I stepped defensively in front of Randy, which the Boss found comical. “Hand me the book.”
“Come and get it.”
“I’ll shoot you. You know I will,” Gurley hissed.
“Then you’ll never solve Sheagul’s puzzle,” I responded.
“Fine, I’ll shoot him!” Gurley redirected the gun up above my head where Randy’s tall frame was unprotected. I pushed Randy behind the near shelving and lunged after expecting to hear the sound of a gunshot follow us, but it didn’t.
“Run!” I urged. He didn’t need to be told twice. We took off down the central aisle. I looked behind us to see the Boss appear close on our heels. He aimed the gun again and I yanked Randy into the closest aisle and kept running. Once again, no gunshot followed. I wondered if the gun was a bluff. Maybe he didn’t have any more ammunition.
We turned when we reached the wall, running for the front of the building, but Gurley turned almost simultaneously from the next aisle. He reached out and grabbed my arm, swinging me around but I used the momentum to punch him in the side of the head. He tried to punch me in the ribs, but I kneed him in the groin again, but not before he managed to hit me across my cheek with the butt of the gun. He doubled over, and I whacked him in the back, bringing him to the ground.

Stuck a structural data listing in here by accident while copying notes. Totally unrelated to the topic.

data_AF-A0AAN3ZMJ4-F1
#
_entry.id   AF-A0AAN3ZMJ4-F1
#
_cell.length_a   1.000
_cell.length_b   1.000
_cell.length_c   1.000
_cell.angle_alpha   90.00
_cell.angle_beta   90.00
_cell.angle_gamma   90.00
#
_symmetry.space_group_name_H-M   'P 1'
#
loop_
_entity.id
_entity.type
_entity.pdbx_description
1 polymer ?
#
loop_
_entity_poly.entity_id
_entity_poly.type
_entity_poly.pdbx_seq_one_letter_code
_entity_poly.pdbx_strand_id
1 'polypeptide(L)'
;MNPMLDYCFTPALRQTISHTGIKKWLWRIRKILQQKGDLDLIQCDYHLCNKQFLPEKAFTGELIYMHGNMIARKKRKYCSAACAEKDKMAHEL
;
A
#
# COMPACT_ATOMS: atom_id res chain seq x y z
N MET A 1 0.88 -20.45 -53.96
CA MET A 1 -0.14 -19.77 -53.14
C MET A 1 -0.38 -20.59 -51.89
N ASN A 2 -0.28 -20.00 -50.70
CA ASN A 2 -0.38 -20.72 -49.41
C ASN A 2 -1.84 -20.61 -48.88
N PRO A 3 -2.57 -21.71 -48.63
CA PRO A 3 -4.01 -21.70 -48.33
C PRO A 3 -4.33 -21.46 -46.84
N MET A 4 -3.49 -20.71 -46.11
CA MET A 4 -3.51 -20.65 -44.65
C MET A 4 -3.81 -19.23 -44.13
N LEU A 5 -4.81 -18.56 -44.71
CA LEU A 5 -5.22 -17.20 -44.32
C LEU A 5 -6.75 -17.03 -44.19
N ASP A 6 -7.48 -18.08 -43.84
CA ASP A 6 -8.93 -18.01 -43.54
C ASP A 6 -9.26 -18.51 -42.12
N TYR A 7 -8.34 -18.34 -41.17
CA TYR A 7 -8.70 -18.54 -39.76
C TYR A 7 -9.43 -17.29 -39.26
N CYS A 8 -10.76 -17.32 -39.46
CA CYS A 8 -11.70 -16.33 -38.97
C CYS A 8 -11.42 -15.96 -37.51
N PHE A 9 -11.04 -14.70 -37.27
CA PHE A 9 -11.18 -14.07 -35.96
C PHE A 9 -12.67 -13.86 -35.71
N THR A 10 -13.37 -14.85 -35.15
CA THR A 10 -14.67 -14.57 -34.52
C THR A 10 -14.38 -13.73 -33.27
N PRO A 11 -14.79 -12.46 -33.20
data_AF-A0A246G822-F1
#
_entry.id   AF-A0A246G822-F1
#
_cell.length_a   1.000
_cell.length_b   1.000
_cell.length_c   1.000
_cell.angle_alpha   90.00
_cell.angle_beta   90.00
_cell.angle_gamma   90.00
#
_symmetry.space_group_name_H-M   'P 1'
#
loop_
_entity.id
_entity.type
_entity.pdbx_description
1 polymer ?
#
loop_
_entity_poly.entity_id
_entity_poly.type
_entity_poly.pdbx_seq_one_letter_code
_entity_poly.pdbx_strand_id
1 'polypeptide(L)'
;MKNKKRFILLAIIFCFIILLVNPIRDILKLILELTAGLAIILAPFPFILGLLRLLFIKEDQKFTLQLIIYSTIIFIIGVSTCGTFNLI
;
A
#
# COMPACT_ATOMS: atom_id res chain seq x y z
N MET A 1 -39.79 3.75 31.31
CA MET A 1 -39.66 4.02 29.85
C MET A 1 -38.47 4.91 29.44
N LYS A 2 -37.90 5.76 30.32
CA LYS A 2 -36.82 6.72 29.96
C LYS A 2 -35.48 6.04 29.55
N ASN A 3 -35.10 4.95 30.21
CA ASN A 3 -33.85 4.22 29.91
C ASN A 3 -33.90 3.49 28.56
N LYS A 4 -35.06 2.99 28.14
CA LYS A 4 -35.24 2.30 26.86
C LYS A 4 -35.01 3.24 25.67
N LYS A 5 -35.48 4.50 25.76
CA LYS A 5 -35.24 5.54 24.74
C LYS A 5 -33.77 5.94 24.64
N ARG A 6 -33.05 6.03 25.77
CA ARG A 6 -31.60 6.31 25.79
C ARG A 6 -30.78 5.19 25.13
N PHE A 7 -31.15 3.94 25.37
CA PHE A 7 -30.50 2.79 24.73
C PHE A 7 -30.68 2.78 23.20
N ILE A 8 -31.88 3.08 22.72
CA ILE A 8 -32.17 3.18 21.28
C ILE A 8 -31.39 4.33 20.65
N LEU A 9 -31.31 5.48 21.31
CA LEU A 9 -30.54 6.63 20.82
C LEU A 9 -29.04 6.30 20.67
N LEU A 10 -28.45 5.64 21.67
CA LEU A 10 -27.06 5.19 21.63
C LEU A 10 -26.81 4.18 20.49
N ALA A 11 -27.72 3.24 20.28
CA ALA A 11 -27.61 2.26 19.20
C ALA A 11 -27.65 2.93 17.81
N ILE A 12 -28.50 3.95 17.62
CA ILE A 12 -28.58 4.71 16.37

“Come on, let’s go,” I told Randy, whose eyes were huge. He didn’t move and I pulled him along.
I wiped my fingers across my face and began pulling Randy with me. My hand had a streak of blood across it. “We’re going to walk out of here and go straight to your car and we’re getting away from this place.” We reached the first row of shelves. From here, we’d be completely visible to the librarian sitting in the front. I moved to Randy’s side, hoping the librarian wouldn’t notice my face. Behind us Gurley was standing. He saw me look and pointed the gun, but I knew he couldn’t shoot so I turned around again. “Come on let’s go. Don’t stop.”
I held onto Randy’s arm as if he was a gentlemen escorting me to a ball, but my grip was tight and I was pulling him along. “Jamie,” he whispered urgently. “What about the book? If we walk out of here without checking it out the alarms will go off.”
“We have much bigger problems than that right now, Randy,” I said. The Boss was on his way as well. That was good. He couldn’t shoot us, or anyone else, but he was following.
Just before we reached the security detectors, the bell rang indicating the end of third period. I used the opportunity to dash through the detectors and continued out the door even as the alarms began to sound. Out of the corner of my eye, I saw the librarian stand up, but then we were gone.